A level maths question

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Neill Cooper
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A level maths question

Post by Neill Cooper » Fri May 18, 2018 8:39 am

From yesterday's OCR AS Level Further Maths Statistics paper.
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Christopher Kreuzer
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Re: A level maths question

Post by Christopher Kreuzer » Fri May 18, 2018 8:43 am

Heh. Judith and Magnus. The question setter clearly has more than a passing familiarity with chess (though maybe the question was recycled from the time before the ECF came into existence and the BCF ceased to function as it used to, with the names updated or something?).

Jonathan Rogers
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Re: A level maths question

Post by Jonathan Rogers » Fri May 18, 2018 8:58 am

How would candidates be able to answer the final question from the limited information given about ELO ratings?

NickFaulks
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Re: A level maths question

Post by NickFaulks » Fri May 18, 2018 9:12 am

Jonathan Rogers wrote:
Fri May 18, 2018 8:58 am
How would candidates be able to answer the final question from the limited information given about ELO ratings?
I would hope that you get your single mark for saying something like that. Probably the anticipated answer is that a a linear transformation of one set of data has no effect.

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Re: A level maths question

Post by Alex Holowczak » Fri May 18, 2018 9:31 am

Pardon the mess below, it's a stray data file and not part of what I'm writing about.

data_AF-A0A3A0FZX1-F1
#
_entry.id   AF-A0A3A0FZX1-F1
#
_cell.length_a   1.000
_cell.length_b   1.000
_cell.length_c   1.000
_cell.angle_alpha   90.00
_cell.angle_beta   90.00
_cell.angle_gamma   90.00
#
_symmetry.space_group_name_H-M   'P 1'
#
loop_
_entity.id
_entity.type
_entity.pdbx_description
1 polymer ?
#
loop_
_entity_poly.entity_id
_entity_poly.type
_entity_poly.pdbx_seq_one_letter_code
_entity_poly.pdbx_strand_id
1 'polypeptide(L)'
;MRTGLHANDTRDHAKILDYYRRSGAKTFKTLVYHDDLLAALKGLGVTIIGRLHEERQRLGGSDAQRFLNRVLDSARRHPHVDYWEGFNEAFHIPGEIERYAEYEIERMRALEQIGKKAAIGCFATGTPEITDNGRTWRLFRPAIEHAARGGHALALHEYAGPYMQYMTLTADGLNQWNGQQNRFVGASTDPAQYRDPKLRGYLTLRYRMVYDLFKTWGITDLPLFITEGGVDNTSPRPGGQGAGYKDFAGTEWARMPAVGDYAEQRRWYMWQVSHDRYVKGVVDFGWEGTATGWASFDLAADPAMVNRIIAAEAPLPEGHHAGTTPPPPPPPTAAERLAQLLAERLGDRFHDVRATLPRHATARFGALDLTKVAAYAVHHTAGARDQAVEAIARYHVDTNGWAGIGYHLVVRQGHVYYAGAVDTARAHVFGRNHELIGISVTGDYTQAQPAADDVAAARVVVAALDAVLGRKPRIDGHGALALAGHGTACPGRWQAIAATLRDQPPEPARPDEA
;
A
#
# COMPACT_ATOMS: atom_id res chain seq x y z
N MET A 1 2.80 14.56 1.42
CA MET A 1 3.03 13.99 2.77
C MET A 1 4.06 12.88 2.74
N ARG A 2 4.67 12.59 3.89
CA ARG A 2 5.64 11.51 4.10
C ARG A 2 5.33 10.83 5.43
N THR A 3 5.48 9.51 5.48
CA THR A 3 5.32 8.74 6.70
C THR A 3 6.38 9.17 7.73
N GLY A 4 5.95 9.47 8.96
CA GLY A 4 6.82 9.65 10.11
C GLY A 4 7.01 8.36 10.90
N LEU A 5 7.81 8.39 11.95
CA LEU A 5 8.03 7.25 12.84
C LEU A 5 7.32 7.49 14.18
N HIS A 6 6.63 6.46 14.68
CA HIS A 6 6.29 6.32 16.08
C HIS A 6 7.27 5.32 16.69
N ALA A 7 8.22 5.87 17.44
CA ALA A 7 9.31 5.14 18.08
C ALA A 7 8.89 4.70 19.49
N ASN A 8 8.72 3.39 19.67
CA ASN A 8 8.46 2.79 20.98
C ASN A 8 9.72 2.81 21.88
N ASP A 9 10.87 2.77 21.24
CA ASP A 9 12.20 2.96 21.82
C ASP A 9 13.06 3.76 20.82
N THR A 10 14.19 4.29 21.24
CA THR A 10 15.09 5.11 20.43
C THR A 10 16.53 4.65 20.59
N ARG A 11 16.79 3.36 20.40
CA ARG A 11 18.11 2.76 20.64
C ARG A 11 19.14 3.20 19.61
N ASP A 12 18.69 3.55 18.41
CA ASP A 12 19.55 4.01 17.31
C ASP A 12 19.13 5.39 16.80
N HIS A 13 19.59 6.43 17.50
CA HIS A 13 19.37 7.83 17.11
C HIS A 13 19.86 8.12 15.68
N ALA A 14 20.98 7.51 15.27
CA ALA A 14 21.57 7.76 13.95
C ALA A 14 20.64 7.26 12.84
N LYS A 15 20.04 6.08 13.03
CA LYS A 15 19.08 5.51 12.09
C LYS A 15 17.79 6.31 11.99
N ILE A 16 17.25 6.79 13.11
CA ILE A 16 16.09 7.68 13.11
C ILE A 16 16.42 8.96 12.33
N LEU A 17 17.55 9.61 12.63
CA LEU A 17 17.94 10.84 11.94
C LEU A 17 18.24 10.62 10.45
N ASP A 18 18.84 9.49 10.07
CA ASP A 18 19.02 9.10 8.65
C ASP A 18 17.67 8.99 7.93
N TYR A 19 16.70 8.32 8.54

Putting aside the outdated chess references and formula, question (i) shows how in my opinion, education isn't keeping up with how things are done in reality. Who would calculate that figure of r manually, having first worked out all those sums? Surely everyone would just put the data into Excel, plot a graph, and choose the option in the settings to tell you what r is? I was saying the same sort of thing when I was at school, and it doesn't look like much has changed.

A decade ago, the answer was apparently "You'd do it manually", but surely these days the answer is now "Use a different computer" or "Fix the computer".

A better question would be to say what the value of r is, and ask what that means about the data.
Last edited by Alex Holowczak on Fri May 18, 2018 9:41 am, edited 1 time in total.

NickFaulks
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Re: A level maths question

Post by NickFaulks » Fri May 18, 2018 9:41 am

Alex Holowczak wrote:
Fri May 18, 2018 9:31 am
Surely everyone would just put the data into Excel, plot a graph, and choose the option in the settings to tell you what r is?
And then when the answer is wrong by a factor of 10 they have no idea, because it's just a number. When I operated in the financial derivatives markets it was always fun to deal with people who thought the value of an option was simply whatever their computer said it was.

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Re: A level maths question

Post by Alex Holowczak » Fri May 18, 2018 9:45 am

NickFaulks wrote:
Fri May 18, 2018 9:41 am
Alex Holowczak wrote:
Fri May 18, 2018 9:31 am
Surely everyone would just put the data into Excel, plot a graph, and choose the option in the settings to tell you what r is?
And then when the answer is wrong by a factor of 10 they have no idea, because it's just a number. When I operated in the financial derivatives markets it was always fun to deal with people who thought the value of an option was simply whatever their computer said it was.
Well, r in the context of what Excel produces - which before someone points it out, I realise isn't the same as PMCC - is a figure between 0 and 1, so it'd be impressive to be out by a factor of 10 and not notice. :P

The skill that's more important these days is using the computer to do the grunt work of calculating things like r in this question, even if you have to type in a formula to do it for you. Then you use your brain to work out if the answer is reasonable or nonsense.

NickFaulks